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Parkland school shooting becomes issue in trial of men accused of killing deputy

Judge asks jurors whether shooting has affected their ability to be impartial

FORT LAUDERDALE, Fla. – During the trial of three men accused of killing a Broward County sheriff's deputy in 2006, a Broward County judge asked jurors Tuesday whether the mass shooting at Marjory Stoneman Douglas High School had affected their ability to judge the case fairly.

“Have any of you watched the news coverage? Does any of that influence your feelings, positions and abilities to be fair?” Backman asked the jurors.

The judge asked jurors whether they had children who attended the Parkland school, whether
they knew any of the victims and whether they knew gunman, Nikolas Cruz.

The jurors told the judge that the shooting would not affect their deliberations and that they did not have a personal connection to the massacre. 

Cruz has confessed to killing 17 people and wounding more than a dozen others at Stoneman Douglas on Feb. 14.

In recent days, the Broward County Sheriff's Office has come under intense criticism over its initial response to the shootings and how it handled complaints about Cruz before the killings.

The armed school resource officer at the school resigned last week after Sheriff Scott Israel said he did not engage Cruz during the shooting.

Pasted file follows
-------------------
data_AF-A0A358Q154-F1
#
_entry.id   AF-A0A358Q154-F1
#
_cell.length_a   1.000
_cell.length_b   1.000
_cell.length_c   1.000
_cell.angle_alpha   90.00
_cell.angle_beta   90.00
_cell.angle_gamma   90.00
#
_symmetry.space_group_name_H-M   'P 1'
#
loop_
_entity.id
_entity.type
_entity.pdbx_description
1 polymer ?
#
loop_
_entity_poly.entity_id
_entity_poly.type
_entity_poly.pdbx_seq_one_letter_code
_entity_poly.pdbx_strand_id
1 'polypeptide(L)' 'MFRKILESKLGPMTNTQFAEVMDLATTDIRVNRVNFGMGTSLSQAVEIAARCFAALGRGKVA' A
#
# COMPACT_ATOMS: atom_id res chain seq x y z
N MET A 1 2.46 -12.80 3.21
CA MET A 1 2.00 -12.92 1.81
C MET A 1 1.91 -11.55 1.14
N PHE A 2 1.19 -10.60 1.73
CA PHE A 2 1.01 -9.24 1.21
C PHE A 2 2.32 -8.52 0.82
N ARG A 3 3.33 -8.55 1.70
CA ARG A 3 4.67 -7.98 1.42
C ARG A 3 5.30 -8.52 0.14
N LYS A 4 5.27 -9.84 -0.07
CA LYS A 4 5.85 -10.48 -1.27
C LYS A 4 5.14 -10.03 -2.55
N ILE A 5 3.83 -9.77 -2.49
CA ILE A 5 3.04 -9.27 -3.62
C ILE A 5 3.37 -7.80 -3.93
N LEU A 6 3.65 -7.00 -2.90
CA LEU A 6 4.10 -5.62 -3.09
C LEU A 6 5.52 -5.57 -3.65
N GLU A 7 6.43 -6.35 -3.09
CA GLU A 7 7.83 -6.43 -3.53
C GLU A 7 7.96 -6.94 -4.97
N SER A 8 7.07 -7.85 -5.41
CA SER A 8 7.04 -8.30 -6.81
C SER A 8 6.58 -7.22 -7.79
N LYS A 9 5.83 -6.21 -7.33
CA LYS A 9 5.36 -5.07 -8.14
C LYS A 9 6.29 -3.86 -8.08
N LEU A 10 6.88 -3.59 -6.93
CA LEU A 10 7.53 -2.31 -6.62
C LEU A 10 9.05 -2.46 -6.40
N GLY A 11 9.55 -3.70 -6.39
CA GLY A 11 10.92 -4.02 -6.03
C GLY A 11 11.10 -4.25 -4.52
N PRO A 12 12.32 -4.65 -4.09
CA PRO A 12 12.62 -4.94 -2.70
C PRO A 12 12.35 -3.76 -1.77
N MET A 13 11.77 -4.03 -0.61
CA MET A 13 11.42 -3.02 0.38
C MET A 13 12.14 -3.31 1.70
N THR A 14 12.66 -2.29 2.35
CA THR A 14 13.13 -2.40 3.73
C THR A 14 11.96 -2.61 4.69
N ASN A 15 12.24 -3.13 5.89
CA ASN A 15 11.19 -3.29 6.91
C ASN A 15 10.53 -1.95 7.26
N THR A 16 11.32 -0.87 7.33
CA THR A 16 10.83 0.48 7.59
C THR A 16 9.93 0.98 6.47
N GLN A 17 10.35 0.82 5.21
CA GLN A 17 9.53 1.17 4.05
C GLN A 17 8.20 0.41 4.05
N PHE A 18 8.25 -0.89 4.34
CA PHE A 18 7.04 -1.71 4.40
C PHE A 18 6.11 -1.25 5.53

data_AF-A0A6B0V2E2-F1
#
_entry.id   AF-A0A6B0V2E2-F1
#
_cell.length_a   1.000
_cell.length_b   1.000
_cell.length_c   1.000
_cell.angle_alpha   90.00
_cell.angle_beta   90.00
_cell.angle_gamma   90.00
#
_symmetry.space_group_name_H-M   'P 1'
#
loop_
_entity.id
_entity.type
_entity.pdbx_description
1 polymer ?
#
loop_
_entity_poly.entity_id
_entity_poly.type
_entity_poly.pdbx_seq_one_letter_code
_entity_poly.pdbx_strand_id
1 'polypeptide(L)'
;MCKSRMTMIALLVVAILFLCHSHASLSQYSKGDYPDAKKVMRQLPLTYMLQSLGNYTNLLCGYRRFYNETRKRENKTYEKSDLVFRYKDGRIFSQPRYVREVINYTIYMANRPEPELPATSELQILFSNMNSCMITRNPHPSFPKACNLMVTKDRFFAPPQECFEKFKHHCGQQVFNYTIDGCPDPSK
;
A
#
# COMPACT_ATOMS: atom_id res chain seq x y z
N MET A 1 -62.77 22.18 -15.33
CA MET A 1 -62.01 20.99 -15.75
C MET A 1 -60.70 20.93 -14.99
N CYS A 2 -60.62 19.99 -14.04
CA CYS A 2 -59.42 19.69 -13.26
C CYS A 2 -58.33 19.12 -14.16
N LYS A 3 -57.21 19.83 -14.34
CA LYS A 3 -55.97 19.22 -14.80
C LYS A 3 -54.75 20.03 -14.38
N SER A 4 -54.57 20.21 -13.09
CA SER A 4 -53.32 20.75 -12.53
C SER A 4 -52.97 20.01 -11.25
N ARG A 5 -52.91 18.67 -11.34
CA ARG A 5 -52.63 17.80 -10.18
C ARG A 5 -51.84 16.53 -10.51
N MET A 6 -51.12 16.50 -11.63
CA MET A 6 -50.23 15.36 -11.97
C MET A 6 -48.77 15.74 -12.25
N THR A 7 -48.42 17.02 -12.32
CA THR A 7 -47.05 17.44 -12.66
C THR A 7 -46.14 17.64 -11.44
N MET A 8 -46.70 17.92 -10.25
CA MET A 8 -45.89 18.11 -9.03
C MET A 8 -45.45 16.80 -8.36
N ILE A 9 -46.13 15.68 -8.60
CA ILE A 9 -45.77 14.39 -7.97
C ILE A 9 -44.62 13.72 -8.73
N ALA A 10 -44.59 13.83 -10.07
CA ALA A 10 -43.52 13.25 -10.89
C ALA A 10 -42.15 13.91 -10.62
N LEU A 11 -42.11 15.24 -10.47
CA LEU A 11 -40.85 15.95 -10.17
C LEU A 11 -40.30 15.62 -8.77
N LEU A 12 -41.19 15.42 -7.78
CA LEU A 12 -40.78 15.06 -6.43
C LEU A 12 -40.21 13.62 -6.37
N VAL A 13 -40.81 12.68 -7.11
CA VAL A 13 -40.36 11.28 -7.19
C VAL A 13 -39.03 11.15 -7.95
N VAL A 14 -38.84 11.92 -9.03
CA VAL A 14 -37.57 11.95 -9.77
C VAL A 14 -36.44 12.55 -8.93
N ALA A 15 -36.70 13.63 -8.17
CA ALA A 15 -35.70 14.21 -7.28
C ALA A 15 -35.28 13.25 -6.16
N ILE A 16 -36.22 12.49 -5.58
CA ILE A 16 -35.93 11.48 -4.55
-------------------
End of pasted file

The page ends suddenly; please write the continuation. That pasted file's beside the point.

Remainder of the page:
The Sheriff's Office has also come under fire about how it handled complaints about Cruz before the shooting. Israel said the Sheriff's Office received at least 18 calls about Cruz, but none of those encounters led to an arrest or to the confiscation of Cruz's weapons.

More than 70 Republican state lawmakers have called for Israel's suspension, and Gov. Rick Scott has launched an independent investigation into the agency.

Tuesday marked the beginning of what’s expected to be two weeks worth of closing arguments from the state and defense. 

After the concerns about impartiality were addressed, Broward County State Attorney Michael Satz began his closing statements in the shooting death of Deputy Brian Tephford. 

"This was a deadly, brutal, ruthless ambush, and it was done in such a calculated fashion. It was executed in such a way that these police officers, these deputies had absolutely no chance,” Satz said. 

Tephford was shot dead during a traffic stop outside an apartment complex in Tamarac. 

His backup, Deputy Corey Carbocci, was shot five times, but survived.

In June, he testified about how he had not seen the gunmen until it was too late.

“I could see the muzzle flashes coming from the gun as he was firing. I could feel several rounds hit me in the chest," Carbocci said. 

Prosecutors said Eloyn Ingraham called Bernard Forbes and Andre Delancy to ambush the deputies.

The defense, however, noted that Carbocci could not place the men at the scene of the shooting. 

“They were attacked because they are police officers doing their duty,” Satz said.

Each of the accused has a different lawyer and each lawyer will have a chance to deliver a closing statement. If convicted, the men face the death penalty.